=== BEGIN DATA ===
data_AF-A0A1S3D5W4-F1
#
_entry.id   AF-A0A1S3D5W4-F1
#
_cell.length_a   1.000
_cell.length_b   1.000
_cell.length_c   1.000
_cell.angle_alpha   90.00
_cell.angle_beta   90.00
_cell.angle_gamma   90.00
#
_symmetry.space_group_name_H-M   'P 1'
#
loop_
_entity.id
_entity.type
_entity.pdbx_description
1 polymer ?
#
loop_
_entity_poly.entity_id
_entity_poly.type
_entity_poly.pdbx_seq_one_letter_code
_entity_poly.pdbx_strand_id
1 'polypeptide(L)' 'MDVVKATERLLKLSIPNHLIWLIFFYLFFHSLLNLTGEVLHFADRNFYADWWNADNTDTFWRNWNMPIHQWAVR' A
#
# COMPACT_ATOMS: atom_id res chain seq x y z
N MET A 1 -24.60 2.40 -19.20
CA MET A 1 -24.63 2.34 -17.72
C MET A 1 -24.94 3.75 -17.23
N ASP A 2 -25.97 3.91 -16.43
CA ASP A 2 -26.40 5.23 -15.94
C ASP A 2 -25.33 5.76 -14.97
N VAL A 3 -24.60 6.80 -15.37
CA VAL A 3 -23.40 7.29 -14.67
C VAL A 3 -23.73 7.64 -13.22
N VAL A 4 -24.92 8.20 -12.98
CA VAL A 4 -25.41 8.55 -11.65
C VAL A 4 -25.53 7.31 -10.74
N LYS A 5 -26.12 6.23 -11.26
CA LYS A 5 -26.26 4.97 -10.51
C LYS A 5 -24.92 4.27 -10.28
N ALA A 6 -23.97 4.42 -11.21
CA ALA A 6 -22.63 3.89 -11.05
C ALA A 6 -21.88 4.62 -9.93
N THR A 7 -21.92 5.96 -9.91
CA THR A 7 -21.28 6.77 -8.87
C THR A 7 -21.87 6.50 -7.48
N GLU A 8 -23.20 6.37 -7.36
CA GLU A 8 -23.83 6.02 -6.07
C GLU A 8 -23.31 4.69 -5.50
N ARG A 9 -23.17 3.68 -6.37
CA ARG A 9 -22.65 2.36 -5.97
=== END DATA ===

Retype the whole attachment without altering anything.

data_AF-A0A1S3D5W4-F1
#
_entry.id   AF-A0A1S3D5W4-F1
#
_cell.length_a   1.000
_cell.length_b   1.000
_cell.length_c   1.000
_cell.angle_alpha   90.00
_cell.angle_beta   90.00
_cell.angle_gamma   90.00
#
_symmetry.space_group_name_H-M   'P 1'
#
loop_
_entity.id
_entity.type
_entity.pdbx_description
1 polymer ?
#
loop_
_entity_poly.entity_id
_entity_poly.type
_entity_poly.pdbx_seq_one_letter_code
_entity_poly.pdbx_strand_id
1 'polypeptide(L)' 'MDVVKATERLLKLSIPNHLIWLIFFYLFFHSLLNLTGEVLHFADRNFYADWWNADNTDTFWRNWNMPIHQWAVR' A
#
# COMPACT_ATOMS: atom_id res chain seq x y z
N MET A 1 -24.60 2.40 -19.20
CA MET A 1 -24.63 2.34 -17.72
C MET A 1 -24.94 3.75 -17.23
N ASP A 2 -25.97 3.91 -16.43
CA ASP A 2 -26.40 5.23 -15.94
C ASP A 2 -25.33 5.76 -14.97
N VAL A 3 -24.60 6.80 -15.37
CA VAL A 3 -23.40 7.29 -14.67
C VAL A 3 -23.73 7.64 -13.22
N VAL A 4 -24.92 8.20 -12.98
CA VAL A 4 -25.41 8.55 -11.65
C VAL A 4 -25.53 7.31 -10.74
N LYS A 5 -26.12 6.23 -11.26
CA LYS A 5 -26.26 4.97 -10.51
C LYS A 5 -24.92 4.27 -10.28
N ALA A 6 -23.97 4.42 -11.21
CA ALA A 6 -22.63 3.89 -11.05
C ALA A 6 -21.88 4.62 -9.93
N THR A 7 -21.92 5.96 -9.91
CA THR A 7 -21.28 6.77 -8.87
C THR A 7 -21.87 6.50 -7.48
N GLU A 8 -23.20 6.37 -7.36
CA GLU A 8 -23.83 6.02 -6.07
C GLU A 8 -23.31 4.69 -5.50
N ARG A 9 -23.17 3.68 -6.37
CA ARG A 9 -22.65 2.36 -5.97